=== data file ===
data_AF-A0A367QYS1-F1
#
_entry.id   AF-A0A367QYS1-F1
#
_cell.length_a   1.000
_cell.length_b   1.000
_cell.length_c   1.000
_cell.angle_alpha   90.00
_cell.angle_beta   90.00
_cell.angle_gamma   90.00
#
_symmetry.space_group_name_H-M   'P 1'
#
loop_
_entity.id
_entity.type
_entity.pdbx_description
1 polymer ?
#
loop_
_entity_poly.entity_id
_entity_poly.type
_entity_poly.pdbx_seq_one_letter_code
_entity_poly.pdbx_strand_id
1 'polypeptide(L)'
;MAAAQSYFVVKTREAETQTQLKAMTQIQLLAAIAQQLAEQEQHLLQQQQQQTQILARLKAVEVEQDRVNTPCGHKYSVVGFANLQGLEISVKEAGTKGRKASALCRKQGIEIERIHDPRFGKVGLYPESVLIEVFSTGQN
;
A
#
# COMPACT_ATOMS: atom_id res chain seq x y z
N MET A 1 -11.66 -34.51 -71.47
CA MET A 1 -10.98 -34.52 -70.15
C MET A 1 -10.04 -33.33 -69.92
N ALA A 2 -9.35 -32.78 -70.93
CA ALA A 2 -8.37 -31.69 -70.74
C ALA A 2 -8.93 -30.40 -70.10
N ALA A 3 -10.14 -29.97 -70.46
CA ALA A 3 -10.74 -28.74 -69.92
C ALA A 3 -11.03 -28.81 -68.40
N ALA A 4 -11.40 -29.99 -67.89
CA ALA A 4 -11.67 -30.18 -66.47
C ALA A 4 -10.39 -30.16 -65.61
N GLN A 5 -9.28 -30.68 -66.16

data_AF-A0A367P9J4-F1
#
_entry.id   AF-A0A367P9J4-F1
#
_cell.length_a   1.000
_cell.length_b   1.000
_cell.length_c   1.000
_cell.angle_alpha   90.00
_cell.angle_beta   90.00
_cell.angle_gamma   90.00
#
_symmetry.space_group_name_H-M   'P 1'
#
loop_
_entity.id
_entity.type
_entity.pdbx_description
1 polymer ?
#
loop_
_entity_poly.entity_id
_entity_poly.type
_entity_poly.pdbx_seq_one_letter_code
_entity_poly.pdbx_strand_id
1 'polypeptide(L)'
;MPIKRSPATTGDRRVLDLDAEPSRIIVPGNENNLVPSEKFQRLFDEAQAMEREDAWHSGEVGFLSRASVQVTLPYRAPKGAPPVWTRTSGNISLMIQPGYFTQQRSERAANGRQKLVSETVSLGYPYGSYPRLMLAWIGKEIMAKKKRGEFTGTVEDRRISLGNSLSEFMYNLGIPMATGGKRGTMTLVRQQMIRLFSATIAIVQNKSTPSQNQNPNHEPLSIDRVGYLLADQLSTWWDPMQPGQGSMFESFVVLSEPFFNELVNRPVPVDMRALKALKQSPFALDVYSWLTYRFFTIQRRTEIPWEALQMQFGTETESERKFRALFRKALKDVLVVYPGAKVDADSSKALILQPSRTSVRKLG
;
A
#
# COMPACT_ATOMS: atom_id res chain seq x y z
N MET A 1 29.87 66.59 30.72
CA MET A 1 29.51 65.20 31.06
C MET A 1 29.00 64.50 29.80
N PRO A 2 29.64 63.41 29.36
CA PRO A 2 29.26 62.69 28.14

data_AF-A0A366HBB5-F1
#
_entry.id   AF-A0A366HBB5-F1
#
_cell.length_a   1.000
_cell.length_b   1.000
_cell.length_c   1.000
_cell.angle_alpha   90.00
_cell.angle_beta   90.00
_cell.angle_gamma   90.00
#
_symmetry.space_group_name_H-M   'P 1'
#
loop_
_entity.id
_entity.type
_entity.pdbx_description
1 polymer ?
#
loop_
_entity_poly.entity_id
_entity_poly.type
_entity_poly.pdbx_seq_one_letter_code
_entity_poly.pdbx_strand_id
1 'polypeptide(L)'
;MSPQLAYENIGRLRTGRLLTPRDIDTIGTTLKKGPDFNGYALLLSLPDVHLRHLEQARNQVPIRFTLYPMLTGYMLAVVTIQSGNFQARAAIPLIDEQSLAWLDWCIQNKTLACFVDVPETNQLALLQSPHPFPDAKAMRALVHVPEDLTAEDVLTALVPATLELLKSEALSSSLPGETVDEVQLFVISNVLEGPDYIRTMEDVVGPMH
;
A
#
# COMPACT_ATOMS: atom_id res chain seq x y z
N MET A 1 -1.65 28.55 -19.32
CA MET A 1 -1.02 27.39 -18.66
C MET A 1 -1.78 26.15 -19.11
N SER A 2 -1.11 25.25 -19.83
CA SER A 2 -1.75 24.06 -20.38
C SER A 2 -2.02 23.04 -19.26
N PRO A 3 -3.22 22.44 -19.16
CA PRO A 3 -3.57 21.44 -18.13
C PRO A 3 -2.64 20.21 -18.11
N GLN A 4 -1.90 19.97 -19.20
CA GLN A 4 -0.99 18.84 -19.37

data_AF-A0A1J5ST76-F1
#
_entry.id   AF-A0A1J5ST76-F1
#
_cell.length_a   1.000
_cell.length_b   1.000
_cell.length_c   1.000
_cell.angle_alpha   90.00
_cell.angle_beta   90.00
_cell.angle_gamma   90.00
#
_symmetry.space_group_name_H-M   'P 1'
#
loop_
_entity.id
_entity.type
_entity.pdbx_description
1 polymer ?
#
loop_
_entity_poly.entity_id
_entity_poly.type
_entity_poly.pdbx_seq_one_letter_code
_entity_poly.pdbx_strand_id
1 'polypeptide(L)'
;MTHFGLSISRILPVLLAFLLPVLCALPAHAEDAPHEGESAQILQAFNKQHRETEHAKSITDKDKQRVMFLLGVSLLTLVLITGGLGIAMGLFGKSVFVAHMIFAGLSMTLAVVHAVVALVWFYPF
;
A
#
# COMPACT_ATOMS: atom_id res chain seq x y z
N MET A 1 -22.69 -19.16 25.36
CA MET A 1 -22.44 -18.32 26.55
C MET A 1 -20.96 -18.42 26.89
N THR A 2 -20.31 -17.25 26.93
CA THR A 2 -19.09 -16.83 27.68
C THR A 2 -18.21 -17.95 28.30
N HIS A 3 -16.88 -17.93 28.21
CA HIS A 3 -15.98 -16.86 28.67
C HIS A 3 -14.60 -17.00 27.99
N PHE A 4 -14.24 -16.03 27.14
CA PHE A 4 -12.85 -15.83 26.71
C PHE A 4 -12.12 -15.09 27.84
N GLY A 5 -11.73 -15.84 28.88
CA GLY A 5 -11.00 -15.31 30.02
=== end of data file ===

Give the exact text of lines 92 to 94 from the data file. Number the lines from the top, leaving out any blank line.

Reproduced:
loop_
_entity.id
_entity.type